A Suitable Boy
Classic Feluda 2
For readers who enjoyed the adventures of Feluda in Classic Feluda 1, this second omnibus volume holds more delights. Accompanied by his cousin Topshe and the bumbling crime writer Lalmohan Ganguly (Jatayu), Feluda travels from Puri to Kedarnath, from Kathmandu to London in his pursuit of culprits; he tracks down Napoleon’s last letter, a forgotten painting by Tintoretto and a stolen manuscript.
The House of Death, The Criminals of Kathmandu, Tintoretto’s Jesus, The Mystery of the Pink Pearl and fifteen other stories
Translated from the Bengali by Gopa Majumdar
Classic Feluda 1
This omnibus edition features the ever-popular adventures of Satyajit Ray’s enduring creation, the professional sleuth Pradosh C. Mitter (Feluda). In his escapades, Feluda is accompanied by his cousin Topshe and the bumbling crime writer Lalmohan Ganguly (Jatayu). From Jaisalmer to Simla, from the Ellora Caves to Varanasi, the trio traverse fascinating locales to unravel one devious crime after another.
The Emperor’s Ring, The Golden Fortress, A Killer in Kailash, The Royal Bengal Mystery, The Mystery of the Elephant God, The Bandits of Bombay and ten other stories
Translated from the Bengali by Gopa Majumdar
It’s a City-showman’s Show!
Sub title: Transcendental Songs of Anandghan
The seventeenth-century ascetic Ānandghan (Cloud of Bliss) is one of the outstanding poets of Jain vernacular literature. His transcendental songs have been popular for over three centuries and remain part of the Jain devotional canon even today.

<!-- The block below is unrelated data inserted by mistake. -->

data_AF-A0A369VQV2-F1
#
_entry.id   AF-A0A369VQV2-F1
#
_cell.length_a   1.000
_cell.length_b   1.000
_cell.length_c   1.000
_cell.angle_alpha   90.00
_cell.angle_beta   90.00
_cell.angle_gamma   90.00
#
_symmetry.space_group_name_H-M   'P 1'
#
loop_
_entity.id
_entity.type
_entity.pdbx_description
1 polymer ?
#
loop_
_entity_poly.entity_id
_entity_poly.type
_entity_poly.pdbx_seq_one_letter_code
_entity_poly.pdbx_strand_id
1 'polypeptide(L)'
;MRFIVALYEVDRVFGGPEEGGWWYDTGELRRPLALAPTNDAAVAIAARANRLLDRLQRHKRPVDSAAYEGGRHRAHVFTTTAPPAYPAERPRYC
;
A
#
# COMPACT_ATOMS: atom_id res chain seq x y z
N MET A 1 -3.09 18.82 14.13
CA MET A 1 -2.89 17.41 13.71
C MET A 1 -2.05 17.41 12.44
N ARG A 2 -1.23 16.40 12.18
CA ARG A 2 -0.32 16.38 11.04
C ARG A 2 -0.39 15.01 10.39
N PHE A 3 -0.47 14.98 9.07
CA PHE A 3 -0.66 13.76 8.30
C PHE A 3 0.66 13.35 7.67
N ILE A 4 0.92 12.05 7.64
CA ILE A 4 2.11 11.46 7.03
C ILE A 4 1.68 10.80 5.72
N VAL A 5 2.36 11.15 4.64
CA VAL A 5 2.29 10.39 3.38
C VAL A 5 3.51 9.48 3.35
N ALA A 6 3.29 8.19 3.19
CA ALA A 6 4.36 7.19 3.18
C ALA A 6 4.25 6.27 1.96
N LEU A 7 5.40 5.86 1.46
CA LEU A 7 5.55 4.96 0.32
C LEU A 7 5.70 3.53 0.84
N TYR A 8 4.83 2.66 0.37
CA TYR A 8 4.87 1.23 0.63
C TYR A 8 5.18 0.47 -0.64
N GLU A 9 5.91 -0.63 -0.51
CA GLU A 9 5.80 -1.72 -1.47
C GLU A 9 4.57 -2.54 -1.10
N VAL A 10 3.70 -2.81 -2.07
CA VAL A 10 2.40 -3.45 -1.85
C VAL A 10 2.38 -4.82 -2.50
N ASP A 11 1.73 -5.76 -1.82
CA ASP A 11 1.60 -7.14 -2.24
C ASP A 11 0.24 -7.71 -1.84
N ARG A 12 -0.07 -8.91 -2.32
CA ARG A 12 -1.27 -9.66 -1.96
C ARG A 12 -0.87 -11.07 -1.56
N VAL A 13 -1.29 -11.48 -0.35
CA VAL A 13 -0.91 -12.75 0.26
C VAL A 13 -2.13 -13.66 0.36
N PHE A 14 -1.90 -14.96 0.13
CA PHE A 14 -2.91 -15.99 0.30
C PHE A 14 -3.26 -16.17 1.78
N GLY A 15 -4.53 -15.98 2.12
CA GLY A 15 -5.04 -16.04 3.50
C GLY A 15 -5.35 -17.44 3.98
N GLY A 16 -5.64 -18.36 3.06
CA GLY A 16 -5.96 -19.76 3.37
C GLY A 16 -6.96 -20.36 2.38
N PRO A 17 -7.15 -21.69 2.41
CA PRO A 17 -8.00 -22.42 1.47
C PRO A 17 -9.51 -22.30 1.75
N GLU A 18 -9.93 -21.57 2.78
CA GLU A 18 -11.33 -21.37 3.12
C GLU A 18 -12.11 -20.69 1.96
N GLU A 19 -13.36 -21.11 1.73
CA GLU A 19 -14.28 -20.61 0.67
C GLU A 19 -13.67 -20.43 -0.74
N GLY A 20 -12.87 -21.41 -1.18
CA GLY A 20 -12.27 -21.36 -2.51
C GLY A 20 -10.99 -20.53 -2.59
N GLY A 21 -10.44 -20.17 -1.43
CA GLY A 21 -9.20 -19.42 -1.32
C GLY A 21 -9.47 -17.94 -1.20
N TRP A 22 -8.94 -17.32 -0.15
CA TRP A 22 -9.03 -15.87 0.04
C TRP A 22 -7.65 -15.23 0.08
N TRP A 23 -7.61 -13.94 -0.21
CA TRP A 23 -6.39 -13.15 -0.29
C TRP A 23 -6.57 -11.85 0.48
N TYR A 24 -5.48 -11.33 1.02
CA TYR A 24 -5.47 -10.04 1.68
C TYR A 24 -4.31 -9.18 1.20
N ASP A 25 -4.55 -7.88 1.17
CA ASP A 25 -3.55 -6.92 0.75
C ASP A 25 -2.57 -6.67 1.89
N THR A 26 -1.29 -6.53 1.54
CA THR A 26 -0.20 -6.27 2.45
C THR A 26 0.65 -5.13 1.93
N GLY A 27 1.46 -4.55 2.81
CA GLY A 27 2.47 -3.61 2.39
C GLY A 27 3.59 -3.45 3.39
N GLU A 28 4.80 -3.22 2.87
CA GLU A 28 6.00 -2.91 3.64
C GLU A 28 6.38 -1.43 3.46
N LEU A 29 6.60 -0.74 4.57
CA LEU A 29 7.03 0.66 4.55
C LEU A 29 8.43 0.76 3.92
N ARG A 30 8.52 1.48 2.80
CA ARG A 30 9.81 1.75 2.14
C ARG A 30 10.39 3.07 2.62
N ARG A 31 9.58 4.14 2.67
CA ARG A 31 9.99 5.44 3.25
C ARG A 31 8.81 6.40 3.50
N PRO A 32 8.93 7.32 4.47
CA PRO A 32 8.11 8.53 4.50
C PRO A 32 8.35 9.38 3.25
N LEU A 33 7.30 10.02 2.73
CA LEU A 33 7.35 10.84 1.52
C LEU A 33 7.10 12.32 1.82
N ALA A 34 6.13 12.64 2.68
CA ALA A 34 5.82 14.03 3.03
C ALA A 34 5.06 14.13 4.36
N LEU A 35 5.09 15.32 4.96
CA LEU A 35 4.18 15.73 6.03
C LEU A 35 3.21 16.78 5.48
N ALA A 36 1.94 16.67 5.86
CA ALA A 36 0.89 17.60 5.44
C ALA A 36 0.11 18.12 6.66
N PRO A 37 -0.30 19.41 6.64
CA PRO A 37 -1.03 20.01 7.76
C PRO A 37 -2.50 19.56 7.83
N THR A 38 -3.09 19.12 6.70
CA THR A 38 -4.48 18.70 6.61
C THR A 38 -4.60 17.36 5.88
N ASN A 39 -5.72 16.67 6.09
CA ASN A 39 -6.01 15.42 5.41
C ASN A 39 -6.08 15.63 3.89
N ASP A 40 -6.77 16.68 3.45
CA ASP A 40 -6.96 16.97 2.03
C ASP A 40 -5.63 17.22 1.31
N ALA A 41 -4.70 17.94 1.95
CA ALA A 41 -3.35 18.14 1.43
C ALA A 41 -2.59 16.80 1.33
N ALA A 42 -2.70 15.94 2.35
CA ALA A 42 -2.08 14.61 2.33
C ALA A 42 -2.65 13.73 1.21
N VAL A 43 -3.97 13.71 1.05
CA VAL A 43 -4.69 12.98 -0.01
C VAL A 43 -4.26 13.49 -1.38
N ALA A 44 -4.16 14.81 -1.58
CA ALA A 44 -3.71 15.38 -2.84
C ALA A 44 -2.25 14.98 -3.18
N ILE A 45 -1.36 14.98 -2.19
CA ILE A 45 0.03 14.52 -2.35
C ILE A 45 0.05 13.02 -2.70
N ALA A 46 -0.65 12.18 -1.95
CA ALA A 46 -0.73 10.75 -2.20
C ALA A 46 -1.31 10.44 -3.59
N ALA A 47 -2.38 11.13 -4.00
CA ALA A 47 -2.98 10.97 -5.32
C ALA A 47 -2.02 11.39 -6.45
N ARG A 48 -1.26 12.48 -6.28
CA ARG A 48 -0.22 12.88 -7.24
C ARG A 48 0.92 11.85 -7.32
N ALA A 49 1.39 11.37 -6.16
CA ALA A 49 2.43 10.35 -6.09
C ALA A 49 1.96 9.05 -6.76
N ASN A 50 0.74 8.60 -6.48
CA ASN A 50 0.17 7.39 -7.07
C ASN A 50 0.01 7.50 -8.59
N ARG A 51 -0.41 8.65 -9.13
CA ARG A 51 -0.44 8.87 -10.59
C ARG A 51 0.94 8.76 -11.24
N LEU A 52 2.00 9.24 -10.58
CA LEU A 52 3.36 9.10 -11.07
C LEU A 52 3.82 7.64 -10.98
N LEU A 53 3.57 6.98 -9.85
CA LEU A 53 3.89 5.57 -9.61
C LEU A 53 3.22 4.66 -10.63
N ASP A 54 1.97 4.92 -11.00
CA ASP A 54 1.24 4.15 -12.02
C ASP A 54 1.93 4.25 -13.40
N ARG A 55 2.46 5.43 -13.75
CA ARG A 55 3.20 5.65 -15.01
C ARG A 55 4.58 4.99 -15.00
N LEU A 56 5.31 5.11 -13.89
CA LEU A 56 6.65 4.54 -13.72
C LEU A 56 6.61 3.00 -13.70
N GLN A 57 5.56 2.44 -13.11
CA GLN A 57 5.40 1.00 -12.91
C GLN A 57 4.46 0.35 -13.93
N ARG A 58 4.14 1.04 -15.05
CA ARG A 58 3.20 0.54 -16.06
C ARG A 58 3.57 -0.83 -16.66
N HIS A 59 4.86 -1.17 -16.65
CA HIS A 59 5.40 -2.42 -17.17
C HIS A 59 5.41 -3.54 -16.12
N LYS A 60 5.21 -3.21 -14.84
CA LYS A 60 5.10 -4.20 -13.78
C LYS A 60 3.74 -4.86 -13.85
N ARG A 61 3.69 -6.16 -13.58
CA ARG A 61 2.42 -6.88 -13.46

Ānandghan's songs—which even inspired Mahatma Gandhi—are not restricted to Jain themes alone, but illuminate how religious differences are superficial in comparison to the inner experience of the Self. The poet’s use of striking and fresh imagery vividly conjures the world of seventeenth-century India even as he persuades listeners to grasp the transcendental dimensions of their lives within the everyday struggles of material existence. This rigorous new translation mirrors the raw immediacy of Ānandghan’s songs and highlights their universal appeal.
Sub title: Diary of a Tamil Tiger
“The child you threatened once, the young shoot you stepped on, the Tamil you teased, is standing with a gun in front of you.”
This short diary was recovered from Malaravan’s kit after he was killed in action in 1992, when barely twenty. In it, he recounts his unit’s journey to Maankulam, the island’s granary, to fight a critical battle where they routed the Lankan military. The LTTE’s planning and tactics, the fervour and camaraderie of the young Tigers, and the actual combat are minutely chronicled. As a foil to the violence, Malaravan brings out the beauty of the Tamil forest and countryside and the humanity and support of the common people for them, despite their suffering under army rule.
Living Easy with Diabetes
Sub title: The Ultimate Handbook
Why did I get diabetes?
Can diabetes make me go blind?
Are diabetic men more likely to be impotent?
Should I inject U/40 insulin with a U/100 syringe?
Can I travel if I have diabetes?
Should I tell my boss of my condition?
India is hurtling away to reach the 100-million-diabetics mark by 2030. This means that you and your family are at serious risk of developing diabetes. And once you get it, there is no getting away.
Living Easy with Diabetes: The Ultimate Handbook is your must-have guide to managing this malaise. Packed with insights from a seasoned diabetologist and diabetes educator, it answers your technical and practical questions; explains symptoms, complications and control methods; and inspires you to lead a healthy, happy life by keeping diabetes at bay.
Covering the A–Z of diabetes—from planning meals to planning pregnancies, from regulating blood sugar to injecting insulin painlessly—Living Easy with Diabetes is an indispensable resource for diabetics and caregivers.
The Way of the Knife